The National Museum of Singapore re-opens its permanent galleries on Saturday, 19 September 2015. To celebrate the re-opening, the National Museum has put together a fun-filled Opening Weekend Carnival that will take place on Saturday and Sunday, 19 and 20 September. Everyone is invited to celebrate the museum’s re-opening at the carnival and to take a refreshed look at Singapore’s history in the new galleries.
The permanent galleries comprise the Singapore History Gallery, the Life in Singapore: The Past 100 Years galleries and the Goh Seng Choo Gallery. These galleries present Singapore’s history and national collection in more immersive and innovative ways, and also showcase artefacts that have never been displayed before.
Over 1,700 artefacts are displayed in the new galleries. Many are significant historical artefacts from the national collection, such as the Singapore Stone which dates back to the 10th–14th centuries, the 19th-century Sejarah Melayu, and the larger-than-life portraits of Sir Frank Athelstane Swettenham, Sir Shenton Whitelegge Thomas and Sir Cecil Clementi Smith.
Among the new artefacts displayed are personal objects and objects of national significance, as well as family heirlooms that hold a special significance to the people or institutions who donated or loaned them to the museum. New artefacts recently donated to the museum include a 1959 flexidisc recording of “Majulah Singapura” before it became the national anthem, a full set of the first National Service uniform, a Singapore National Registration Identification Card first issued in 1966, as well as a sewing machine used during the war.
Other objects loaned to the museum for the permanent galleries include a wedding certificate, wedding wash basin, wedding rings and family photo belonging to Mr and Mrs Lai Kok Wah, who met and got married during World War Two, as well as the Singapore surrender table on which the British ceded control of Singapore to the Japanese in February 1942. The table is displayed at the National Museum on a one year loan from the Australian War Memorial.
Relive the day when Singapore’s independence was declared, step into the kitchen of an HDB flat from the 1970s and 1980s, be greeted by the aroma of afternoon tea on entering an old colonial bungalow, watch a new film in a drive-in cinema from the 1980s and experience what life was like during the Japanese Occupation. These are some of the immersive experiences visitors will discover in the new galleries, which use exhibition design, scents, multimedia and technologies such as object theatre and Pepper’s Ghost to contextualise artefacts and evoke moments or the atmosphere of an era.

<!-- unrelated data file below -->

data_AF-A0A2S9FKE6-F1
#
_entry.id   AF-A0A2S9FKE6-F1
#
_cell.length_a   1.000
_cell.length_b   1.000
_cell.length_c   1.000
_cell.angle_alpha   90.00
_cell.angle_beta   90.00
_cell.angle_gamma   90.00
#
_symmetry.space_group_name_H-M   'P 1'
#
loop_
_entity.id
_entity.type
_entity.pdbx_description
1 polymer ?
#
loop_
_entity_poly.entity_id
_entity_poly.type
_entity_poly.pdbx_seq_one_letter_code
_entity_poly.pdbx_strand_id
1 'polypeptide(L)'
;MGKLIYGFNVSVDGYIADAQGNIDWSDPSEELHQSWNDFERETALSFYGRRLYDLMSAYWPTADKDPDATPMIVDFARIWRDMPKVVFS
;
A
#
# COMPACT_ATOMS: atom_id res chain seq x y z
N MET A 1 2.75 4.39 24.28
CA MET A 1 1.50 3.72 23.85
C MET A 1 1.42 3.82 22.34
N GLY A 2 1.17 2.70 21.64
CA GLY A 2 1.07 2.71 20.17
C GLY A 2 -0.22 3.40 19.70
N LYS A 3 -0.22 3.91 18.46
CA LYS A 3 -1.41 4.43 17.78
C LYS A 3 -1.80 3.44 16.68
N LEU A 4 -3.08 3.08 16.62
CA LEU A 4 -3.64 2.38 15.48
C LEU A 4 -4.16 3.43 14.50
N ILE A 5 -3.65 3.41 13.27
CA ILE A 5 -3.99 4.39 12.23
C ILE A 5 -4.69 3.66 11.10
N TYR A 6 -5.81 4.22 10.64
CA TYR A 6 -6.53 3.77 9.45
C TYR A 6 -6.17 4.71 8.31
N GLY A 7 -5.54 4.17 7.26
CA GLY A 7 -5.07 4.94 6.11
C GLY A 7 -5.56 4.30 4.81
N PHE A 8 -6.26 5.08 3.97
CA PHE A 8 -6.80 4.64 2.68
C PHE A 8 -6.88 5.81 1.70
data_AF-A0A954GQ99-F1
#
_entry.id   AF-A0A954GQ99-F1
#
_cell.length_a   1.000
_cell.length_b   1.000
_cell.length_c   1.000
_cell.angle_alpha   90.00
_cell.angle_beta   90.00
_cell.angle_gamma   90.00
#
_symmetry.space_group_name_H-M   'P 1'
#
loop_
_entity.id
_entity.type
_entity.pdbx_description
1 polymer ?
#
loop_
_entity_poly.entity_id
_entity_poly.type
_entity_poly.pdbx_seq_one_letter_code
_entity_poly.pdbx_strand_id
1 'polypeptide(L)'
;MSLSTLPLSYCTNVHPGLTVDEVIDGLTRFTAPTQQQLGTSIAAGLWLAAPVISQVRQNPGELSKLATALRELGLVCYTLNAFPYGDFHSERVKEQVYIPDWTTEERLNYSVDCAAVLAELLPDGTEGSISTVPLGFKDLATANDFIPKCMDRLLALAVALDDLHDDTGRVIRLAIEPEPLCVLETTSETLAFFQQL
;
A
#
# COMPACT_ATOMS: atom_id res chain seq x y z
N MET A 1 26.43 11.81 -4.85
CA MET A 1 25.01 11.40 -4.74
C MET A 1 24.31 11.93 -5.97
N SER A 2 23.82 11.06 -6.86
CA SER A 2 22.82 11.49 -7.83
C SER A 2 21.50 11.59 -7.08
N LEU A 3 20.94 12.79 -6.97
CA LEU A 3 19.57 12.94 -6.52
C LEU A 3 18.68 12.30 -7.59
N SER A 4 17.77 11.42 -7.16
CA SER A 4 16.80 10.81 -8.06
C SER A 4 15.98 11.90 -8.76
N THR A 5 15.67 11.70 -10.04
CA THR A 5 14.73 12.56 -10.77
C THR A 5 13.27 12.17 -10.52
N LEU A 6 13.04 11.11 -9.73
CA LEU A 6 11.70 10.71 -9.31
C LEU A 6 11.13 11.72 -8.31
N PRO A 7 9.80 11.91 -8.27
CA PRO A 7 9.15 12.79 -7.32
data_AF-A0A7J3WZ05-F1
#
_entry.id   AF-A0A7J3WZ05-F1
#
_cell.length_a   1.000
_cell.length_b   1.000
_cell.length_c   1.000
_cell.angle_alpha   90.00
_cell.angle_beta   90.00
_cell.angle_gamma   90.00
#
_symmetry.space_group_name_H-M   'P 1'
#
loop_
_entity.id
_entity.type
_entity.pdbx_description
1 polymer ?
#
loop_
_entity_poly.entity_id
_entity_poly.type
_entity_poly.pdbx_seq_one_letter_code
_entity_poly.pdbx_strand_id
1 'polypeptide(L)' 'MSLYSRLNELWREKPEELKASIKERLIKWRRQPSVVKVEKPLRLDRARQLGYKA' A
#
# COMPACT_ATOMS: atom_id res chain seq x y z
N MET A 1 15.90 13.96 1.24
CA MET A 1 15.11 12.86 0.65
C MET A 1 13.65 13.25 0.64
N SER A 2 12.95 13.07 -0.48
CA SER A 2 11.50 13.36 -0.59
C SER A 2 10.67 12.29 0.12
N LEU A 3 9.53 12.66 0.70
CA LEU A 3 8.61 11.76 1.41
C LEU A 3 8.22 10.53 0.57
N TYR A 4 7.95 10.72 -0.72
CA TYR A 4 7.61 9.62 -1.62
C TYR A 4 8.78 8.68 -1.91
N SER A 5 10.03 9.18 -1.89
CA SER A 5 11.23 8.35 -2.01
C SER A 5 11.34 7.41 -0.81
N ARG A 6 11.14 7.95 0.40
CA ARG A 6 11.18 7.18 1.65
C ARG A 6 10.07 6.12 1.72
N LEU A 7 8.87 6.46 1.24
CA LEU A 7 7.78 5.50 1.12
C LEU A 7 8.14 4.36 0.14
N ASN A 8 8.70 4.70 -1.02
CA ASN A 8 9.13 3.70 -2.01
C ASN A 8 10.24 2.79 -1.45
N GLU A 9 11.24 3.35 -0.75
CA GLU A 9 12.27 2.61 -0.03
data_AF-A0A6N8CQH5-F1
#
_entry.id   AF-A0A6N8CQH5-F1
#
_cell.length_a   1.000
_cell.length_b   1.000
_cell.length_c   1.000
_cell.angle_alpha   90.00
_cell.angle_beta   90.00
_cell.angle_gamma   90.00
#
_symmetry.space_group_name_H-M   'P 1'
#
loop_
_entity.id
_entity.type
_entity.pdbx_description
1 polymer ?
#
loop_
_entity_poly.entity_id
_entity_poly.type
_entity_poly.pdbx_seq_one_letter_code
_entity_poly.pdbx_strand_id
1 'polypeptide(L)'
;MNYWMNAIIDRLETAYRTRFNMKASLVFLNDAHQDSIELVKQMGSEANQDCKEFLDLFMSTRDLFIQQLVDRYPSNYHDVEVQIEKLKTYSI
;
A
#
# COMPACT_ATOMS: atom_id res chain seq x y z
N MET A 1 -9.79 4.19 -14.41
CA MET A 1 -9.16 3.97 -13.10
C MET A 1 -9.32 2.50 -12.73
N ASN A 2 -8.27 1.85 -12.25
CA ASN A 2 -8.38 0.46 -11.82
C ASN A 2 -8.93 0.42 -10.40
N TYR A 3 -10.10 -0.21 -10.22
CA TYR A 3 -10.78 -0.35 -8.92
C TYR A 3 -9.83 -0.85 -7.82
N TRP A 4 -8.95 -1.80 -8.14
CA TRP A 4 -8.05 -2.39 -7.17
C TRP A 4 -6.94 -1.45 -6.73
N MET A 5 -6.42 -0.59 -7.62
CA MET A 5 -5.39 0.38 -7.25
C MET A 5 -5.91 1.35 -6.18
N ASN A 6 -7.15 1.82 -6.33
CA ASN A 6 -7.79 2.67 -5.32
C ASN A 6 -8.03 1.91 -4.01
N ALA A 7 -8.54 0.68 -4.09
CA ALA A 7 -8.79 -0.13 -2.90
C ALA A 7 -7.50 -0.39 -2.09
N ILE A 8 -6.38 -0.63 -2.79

Visitors will be able to contribute their own stories on an interactive map in the Singapore History Gallery’s Global City section. The map contains memories of places in Singapore from the Singapore Memory Project and lesser known facts about Singapore’s global footprints. Visitors are also invited to submit their own stories or share their knowledge of Singapore’s other international connections for other visitors to enjoy. Another interactive highlight that visitors can look forward to is the artwork GoHead/GoStan: Panorama Singapura by Singaporean artists Brandon Tay and Safuan Johari, which will take them on an audio-visual expedition of the various periods in Singapore’s history. This is the first time the museum has commissioned and included an art installation within the gallery’s narrative. This multimedia art installation unveils a tapestry of familiar images derived from the nation’s historical, geographical and social memories that explore the Singaporean consciousness, articulated through the lens of its changed and changing landscape of the past and present.